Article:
Opinion: Chula-Samyan was just named coolest neighborhood, what was the author thinking?

Last week, Time Out Magazine called the Chula-Samyan the coolest neighborhood in ASEAN and the 115 coolest neighborhoods in the world. It made the front page of Chulalongkorn University’s official fan page on Facebook. The article was shared widely by students, alumni, and professors, excited about a place so close to home. (Article is here)

Yet one has to wonder how the neighborhood can be ranked so high when locals face the constant threat of eviction and harassment from the landowners – namely Chulalongkorn University.

For example, the university is currently trying to remove the Jao Mae Tuptim Shrine, a place of veneration that has existed for decades and turn it into a mix-used building space. The university is also continuing to litigate against protesters and villagers who oppose the move.

Time Out Magazine also mentions Samyan Mitrtown as a central point of attraction for the neighborhood. Is this the same Samyan Mitrtown that caused the eviction of low-income renters and one of the most famous local markets in Bangkok? Is this the same Samyan Mitrtown that forced the closure of a municipal school for the poor?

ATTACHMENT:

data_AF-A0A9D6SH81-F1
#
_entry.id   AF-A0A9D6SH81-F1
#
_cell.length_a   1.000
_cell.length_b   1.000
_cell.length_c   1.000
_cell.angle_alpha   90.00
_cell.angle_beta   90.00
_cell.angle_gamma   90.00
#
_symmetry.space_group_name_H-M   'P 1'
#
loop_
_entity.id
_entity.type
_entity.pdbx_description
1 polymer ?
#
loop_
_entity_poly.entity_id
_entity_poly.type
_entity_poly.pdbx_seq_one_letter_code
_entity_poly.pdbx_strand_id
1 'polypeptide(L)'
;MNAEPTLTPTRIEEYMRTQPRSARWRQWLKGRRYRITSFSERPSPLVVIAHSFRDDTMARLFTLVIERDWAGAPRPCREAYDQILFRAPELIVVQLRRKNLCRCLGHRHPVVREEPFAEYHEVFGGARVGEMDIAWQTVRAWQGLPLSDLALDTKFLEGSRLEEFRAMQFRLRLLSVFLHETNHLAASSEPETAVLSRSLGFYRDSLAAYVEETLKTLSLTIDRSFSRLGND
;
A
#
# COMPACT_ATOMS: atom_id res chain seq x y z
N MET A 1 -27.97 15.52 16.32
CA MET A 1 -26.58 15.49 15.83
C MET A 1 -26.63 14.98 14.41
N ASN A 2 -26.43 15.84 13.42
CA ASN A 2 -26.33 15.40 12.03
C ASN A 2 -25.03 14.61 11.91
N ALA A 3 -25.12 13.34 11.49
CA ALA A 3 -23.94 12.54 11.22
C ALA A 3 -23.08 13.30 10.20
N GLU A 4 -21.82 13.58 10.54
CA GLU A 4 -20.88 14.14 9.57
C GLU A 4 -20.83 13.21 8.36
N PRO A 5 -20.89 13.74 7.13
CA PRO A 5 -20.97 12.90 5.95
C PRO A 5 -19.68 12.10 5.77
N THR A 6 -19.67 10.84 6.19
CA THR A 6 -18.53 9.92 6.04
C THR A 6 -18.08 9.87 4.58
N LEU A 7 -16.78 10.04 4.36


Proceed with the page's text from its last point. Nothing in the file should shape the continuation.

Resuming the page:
When the mall was being built, the developers, Boonrwad Company, promised that the views of locals and surrounding inhabitants would be taken into consideration. Where are those considerations? Where is the school to replace the torn down neighborhood centres?

For a university that considers itself to be the paramount place of higher learning in Thailand, Chulalongkorn has a funny way of surrounding the entire campus with tasteless malls catering to wealthy students. From Chamchuri Square to Siam Mitr Town, the university seems to have lost its way.

Not only have these malls darkened the skyline with their gaudy facades but they have evicted renters, forced the closure of small businesses, and destroyed the local culture.

They may generate much income for the university but money doesn’t account for taste or class.

What would be cool for Time Out Magazine to do is to highlight these discrepancies and more instead of falling for the gaudy and fake and mistaking it for coolness and culture.

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